The New Student's Reference Work/Swedenborg, Emanuel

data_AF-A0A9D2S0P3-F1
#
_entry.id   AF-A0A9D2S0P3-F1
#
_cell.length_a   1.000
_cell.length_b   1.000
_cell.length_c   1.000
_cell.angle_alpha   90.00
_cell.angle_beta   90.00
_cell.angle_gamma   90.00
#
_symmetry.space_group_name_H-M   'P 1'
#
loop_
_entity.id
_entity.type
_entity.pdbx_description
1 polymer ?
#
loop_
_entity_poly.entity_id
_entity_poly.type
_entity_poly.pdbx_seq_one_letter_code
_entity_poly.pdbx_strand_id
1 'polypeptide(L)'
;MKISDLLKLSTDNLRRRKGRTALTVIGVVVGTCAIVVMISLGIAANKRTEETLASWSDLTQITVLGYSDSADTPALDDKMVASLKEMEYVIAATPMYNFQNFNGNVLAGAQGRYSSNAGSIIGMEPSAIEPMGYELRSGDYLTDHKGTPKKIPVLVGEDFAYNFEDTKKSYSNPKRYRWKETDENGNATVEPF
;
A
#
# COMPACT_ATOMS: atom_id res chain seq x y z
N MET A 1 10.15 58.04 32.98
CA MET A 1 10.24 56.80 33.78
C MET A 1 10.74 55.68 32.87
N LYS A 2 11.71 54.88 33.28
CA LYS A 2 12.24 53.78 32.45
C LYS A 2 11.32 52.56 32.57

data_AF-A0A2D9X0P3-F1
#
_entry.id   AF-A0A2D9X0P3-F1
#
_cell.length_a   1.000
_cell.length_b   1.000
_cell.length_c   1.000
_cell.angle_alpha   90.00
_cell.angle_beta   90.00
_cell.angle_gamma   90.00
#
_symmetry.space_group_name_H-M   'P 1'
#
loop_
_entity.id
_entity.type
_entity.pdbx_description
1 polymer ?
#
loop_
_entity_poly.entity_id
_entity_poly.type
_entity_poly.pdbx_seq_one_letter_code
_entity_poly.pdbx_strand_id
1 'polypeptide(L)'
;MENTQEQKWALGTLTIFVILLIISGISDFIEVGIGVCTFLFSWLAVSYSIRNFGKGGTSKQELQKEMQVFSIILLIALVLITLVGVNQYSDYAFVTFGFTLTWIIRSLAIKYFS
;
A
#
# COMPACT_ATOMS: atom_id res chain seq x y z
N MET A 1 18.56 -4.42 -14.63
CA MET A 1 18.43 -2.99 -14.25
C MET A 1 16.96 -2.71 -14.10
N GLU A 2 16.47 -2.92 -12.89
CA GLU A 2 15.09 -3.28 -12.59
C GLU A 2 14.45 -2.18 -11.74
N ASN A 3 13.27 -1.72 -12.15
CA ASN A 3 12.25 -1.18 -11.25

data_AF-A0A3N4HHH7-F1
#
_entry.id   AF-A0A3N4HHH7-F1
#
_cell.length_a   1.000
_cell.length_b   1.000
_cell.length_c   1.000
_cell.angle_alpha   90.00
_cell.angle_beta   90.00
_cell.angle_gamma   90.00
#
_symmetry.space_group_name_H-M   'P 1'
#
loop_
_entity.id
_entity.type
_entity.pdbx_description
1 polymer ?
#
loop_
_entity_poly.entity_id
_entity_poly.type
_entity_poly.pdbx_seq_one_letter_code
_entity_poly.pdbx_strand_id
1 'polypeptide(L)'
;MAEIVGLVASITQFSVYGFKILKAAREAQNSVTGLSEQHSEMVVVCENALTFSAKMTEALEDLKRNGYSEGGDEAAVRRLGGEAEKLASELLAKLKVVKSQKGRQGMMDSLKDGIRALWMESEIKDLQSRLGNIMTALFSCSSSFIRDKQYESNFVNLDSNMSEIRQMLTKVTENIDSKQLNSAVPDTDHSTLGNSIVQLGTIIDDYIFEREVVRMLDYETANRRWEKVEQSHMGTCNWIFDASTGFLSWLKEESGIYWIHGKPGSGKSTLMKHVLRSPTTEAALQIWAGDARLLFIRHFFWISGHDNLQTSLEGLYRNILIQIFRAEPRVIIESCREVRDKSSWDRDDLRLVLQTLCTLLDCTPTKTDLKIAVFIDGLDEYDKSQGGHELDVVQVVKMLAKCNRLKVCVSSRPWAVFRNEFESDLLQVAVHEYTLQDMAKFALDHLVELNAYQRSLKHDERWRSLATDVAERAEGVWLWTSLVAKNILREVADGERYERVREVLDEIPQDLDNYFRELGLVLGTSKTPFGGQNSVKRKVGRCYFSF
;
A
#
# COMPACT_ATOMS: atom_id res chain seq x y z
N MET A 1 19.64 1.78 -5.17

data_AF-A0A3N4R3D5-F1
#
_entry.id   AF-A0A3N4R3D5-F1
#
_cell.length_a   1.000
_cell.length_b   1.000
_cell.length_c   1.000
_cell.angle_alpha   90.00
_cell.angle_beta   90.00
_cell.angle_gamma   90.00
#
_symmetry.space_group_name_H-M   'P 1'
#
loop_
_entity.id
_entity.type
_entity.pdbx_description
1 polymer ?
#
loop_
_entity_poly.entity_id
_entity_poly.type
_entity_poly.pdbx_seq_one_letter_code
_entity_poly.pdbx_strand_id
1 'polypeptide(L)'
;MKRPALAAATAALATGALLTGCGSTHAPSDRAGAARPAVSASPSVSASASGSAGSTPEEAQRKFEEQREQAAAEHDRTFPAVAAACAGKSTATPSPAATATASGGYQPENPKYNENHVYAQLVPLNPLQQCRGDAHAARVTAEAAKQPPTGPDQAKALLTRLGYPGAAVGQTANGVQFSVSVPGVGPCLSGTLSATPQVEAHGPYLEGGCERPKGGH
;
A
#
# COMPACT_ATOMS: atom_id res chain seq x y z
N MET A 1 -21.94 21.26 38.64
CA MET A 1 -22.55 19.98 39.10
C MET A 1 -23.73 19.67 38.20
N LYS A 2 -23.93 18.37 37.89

Swe′denborg, Eman′uel, was born at Stockholm, Sweden, Jan. 29, 1688, the son of a bishop and of noble family. He graduated at the University of Upsala, and, after four years travel, was given a position in the College of Mines by Carl XII, who became his friend. For some years he busied himself in writing a host of scientific works, mainly practical, on bridges, air-guns, docks, blood-circulation, copper-manufacturing, etc. Suddenly his scientific work stopped, and in 1749-56 appeared a Latin work which he called Heavenly Secrets. He announced that the Lord had appeared to him and sent him to be the herald of a new church and that his office was to interpret the word of God according to its true meaning. The New Jerusalem and Its Heavenly Doctrine and many other theological works followed. Swedenborg made no effort to found a church, but confined himself to the work of announcing the new doctrines which were to be its basis. As a man he was modest and retiring, genial and happy, and lived a most simple and quiet life. He died at London, March 20, 1772. Since his death, religious societies have been founded on Swedenborg's teachings, and are banded together in America as the general convention, in England as the general conference, of the New Church. Consult Wilkinson's Life and compare Emerson's essay in Representative Men.